What is Needed Now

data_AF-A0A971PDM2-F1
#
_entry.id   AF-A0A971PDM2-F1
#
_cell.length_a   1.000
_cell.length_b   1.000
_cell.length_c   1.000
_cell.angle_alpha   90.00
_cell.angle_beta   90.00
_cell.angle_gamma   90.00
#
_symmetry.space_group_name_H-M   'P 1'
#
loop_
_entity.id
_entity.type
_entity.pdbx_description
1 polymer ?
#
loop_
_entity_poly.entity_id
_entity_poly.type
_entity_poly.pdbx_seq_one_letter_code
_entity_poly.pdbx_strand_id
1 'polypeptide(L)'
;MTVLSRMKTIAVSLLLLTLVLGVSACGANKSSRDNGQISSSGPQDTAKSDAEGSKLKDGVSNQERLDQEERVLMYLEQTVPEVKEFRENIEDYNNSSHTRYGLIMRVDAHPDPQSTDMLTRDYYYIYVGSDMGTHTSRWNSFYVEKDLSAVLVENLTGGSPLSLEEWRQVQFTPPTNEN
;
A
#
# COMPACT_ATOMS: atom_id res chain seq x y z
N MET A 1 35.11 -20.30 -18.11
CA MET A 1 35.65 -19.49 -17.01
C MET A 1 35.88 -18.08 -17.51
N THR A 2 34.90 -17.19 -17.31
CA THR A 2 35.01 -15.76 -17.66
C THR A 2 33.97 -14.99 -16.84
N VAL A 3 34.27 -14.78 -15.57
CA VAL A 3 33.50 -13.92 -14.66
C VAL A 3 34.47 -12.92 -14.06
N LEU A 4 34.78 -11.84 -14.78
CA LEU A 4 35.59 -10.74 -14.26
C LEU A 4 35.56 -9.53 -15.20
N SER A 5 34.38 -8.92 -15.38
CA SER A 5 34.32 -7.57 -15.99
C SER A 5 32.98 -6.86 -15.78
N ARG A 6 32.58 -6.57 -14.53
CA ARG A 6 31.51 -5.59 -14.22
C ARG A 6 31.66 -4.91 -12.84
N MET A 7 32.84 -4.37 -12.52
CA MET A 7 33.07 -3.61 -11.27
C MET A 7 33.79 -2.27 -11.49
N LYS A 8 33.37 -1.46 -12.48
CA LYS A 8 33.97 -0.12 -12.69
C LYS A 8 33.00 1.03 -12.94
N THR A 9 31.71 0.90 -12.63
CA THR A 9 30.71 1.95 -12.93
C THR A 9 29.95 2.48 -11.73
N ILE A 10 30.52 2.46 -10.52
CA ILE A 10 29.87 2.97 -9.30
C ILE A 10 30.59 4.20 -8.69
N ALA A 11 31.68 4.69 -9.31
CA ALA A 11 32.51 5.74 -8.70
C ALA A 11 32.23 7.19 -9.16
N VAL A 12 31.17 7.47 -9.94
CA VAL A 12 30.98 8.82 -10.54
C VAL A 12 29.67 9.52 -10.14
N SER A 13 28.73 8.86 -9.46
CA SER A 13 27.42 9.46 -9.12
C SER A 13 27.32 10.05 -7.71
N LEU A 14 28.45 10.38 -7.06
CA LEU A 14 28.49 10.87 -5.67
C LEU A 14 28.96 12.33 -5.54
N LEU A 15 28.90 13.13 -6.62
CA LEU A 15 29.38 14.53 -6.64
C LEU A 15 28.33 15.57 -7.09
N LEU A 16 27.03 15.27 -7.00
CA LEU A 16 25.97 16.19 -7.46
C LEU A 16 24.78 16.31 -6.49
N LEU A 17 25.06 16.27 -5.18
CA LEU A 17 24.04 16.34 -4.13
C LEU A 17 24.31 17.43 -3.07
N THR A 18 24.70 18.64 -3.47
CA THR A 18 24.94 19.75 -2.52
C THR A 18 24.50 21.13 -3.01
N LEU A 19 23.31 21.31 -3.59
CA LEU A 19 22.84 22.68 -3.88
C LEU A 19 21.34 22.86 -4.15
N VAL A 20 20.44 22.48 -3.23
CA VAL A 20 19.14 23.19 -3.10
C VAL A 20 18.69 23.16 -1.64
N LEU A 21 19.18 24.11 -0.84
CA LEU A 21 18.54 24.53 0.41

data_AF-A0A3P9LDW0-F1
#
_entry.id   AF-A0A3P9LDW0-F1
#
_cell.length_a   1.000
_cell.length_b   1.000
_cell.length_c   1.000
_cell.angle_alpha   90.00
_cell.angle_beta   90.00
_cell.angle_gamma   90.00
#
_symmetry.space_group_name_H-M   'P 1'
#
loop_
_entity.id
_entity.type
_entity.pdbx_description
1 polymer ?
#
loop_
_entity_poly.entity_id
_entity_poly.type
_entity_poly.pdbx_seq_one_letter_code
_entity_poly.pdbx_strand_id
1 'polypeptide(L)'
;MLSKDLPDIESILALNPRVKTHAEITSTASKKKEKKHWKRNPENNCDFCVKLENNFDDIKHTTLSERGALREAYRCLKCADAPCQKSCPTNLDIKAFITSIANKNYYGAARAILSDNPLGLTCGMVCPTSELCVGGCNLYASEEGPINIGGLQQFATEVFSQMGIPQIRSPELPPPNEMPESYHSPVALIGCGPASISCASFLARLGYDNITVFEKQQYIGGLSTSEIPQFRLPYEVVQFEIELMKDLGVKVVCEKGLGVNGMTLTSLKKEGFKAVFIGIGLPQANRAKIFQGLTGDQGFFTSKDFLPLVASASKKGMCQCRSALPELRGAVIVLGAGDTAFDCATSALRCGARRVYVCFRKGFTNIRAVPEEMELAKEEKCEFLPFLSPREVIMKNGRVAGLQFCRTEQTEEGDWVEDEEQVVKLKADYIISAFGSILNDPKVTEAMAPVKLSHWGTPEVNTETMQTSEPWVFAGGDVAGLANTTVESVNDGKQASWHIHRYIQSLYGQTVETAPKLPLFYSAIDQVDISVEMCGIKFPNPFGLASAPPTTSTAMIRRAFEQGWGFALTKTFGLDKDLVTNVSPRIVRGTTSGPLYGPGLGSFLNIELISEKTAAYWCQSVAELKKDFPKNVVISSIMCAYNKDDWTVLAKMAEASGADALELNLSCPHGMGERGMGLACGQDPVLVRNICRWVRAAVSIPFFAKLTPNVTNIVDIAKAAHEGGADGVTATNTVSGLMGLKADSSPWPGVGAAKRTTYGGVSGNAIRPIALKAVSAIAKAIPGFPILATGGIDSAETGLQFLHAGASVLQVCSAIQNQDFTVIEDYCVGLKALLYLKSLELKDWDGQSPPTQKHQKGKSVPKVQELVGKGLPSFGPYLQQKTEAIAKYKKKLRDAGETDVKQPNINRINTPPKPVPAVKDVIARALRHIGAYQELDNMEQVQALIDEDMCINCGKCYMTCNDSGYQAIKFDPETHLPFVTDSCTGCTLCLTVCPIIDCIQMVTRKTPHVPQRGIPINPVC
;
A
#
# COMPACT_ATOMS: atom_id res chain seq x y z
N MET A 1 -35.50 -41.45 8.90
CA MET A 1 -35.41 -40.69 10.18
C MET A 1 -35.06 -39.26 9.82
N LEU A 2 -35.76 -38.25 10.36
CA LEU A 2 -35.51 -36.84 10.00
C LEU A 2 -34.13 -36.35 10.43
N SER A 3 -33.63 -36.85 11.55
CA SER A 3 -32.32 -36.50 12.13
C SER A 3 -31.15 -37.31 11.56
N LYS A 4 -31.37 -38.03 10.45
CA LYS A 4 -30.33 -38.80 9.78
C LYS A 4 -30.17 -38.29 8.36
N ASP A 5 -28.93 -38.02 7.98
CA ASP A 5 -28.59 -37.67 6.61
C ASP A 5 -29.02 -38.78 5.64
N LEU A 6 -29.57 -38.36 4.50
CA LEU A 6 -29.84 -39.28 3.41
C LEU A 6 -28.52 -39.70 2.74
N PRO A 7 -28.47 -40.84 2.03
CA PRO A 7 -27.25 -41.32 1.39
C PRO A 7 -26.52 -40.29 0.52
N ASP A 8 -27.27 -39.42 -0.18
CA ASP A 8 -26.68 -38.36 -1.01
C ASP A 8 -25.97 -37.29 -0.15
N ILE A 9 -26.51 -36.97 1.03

With every day that slips by, human suffering in Zaire increases and, along with it, the risk of ethnic conflict and civil war. Zaire needs a functioning government that can restore order, begin the long process of economic recovery, and lay the basis for a democratic system. Recent events have proved beyond any doubt that the present regime under President Mobutu has lost the legitimacy to govern Zaire during the transition to democracy. The best hope for Zaire now is genuine power sharing between President Mobutu and the opposition. In particular, President Mobutu must break with the past and allow a transitional government to run the economic and domestic political affairs of the country without interference, including control over finance. The transitional government must come from the ranks of the opposition. It must not be tied to any one personality or ethnic group. To be stable, it must implement a democratic process that will give adequate representation to all regions and ethnic groups. It must lead directly to free and fair national elections. Such a government will have to act immediately to place Zaire's financial institutions under independent, transparent control acceptable to the World Bank and the International Monetary Fund. It will have to avoid seeking vengeance against President Mobutu and members of his party, the MPR [Popular Movement of the Revolution]. In the interest of national unity, we believe it should guarantee the President's personal safety and his right to participate in the democratic process. In other words, a commitment to the basic human and political rights of all Zairians will be of the utmost importance. Achieving such goals will pose an enormous challenge to the Zairian people. None of us should overestimate our ability to shape events inside Zaire, but neither can we ignore the opportunity to help. We, as Americans, will have little influence unless we can act in concert with our French and Belgian allies and with the international financial institutions. But if we can work with our friends and with the people of Zaire, there is a possibility that this huge and populous country can overcome what could become the worst crisis in its history as an independent nation. The alternative is not pleasant to contemplate--civil war, famine, and national disintegration. The kind of ethnic-based civil war, which is now a live possibility in Zaire, would destroy what is left of the country's infrastructure. It would create waves of refugees that would destabilize Zaire's neighbors. It would require a massive humanitarian relief effort which the United States would inevitably be asked to help finance. Zaire's political and economic development would be set back for years. For the moment, there is little we can do to help solve Zaire's fundamental problems until a transitional government committed to accountability and democracy is in place. We are, however, investigating the requirement for emergency food and other assistance and will, in concert with [the US] Agency for International Development and OFDA [Office of Foreign Disaster Assistance], implement appropriate relief measures. (###)